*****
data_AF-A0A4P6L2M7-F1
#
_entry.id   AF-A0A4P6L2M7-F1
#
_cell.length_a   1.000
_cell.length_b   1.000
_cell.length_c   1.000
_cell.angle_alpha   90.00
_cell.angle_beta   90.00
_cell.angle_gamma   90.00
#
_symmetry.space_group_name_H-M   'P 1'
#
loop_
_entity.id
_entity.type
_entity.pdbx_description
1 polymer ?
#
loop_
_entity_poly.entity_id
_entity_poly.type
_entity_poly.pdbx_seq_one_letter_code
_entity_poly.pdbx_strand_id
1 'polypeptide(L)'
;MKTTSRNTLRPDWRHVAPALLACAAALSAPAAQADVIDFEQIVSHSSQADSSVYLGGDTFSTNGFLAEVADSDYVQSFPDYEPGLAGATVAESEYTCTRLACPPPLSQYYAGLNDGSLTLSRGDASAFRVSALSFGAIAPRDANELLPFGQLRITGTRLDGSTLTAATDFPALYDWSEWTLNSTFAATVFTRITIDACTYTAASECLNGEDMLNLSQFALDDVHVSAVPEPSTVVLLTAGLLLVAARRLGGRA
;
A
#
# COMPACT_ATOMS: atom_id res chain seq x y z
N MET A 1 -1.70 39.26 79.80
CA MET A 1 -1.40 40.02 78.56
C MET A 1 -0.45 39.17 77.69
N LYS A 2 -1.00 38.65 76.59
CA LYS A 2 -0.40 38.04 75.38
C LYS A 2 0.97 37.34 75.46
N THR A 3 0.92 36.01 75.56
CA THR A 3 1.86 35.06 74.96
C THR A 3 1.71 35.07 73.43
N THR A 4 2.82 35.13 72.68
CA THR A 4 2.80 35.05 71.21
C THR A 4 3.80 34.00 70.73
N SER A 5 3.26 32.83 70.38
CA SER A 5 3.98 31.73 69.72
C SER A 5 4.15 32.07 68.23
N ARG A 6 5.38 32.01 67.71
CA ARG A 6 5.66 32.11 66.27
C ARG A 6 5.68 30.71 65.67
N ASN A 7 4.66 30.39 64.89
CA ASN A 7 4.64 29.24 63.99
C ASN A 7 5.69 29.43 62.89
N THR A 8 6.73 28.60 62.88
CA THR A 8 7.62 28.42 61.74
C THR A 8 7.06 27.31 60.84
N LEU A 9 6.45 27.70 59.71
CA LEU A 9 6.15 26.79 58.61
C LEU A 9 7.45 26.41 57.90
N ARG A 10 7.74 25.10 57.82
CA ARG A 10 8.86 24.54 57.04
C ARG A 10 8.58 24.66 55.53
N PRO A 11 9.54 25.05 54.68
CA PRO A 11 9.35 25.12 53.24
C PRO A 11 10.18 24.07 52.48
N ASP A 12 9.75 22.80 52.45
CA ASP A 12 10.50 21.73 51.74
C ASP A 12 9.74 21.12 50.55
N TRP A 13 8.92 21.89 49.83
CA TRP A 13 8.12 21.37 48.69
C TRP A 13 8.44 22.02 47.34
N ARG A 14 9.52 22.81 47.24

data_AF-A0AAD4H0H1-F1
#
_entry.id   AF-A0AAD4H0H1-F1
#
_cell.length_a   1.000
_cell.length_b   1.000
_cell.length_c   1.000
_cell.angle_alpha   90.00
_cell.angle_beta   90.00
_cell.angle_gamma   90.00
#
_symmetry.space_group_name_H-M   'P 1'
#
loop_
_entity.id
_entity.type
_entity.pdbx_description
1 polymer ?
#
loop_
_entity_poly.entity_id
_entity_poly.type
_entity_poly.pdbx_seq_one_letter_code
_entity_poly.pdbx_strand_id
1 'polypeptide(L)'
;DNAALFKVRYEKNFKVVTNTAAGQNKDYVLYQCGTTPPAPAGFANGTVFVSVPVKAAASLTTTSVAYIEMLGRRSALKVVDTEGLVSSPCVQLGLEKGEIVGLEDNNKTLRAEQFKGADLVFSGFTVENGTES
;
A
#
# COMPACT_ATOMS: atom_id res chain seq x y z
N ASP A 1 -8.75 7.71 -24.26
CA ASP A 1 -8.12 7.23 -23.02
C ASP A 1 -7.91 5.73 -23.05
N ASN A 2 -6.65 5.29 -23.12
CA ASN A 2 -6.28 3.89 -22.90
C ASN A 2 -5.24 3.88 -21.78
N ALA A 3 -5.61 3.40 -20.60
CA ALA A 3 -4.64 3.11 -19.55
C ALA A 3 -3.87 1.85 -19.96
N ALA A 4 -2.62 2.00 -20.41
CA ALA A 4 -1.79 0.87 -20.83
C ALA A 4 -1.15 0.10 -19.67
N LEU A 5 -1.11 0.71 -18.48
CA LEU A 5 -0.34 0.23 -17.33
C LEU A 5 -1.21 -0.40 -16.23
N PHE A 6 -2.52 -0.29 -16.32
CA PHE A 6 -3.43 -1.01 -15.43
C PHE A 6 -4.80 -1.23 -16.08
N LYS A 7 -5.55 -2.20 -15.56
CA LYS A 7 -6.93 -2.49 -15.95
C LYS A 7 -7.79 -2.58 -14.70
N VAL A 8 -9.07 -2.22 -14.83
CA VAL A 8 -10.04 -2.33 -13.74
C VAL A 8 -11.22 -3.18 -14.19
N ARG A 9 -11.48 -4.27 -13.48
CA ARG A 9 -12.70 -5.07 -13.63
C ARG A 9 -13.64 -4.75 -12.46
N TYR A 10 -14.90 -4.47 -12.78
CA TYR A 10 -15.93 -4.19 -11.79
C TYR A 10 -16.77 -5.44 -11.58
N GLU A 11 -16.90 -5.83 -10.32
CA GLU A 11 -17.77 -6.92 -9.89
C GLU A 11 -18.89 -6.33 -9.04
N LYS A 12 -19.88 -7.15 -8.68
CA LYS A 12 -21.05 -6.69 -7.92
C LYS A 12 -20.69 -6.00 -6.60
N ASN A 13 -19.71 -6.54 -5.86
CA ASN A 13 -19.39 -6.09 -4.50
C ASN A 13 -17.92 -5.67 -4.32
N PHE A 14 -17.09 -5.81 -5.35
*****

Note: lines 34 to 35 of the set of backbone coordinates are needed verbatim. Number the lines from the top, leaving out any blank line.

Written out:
N LYS A 2 -1.00 38.65 76.59
CA LYS A 2 -0.40 38.04 75.38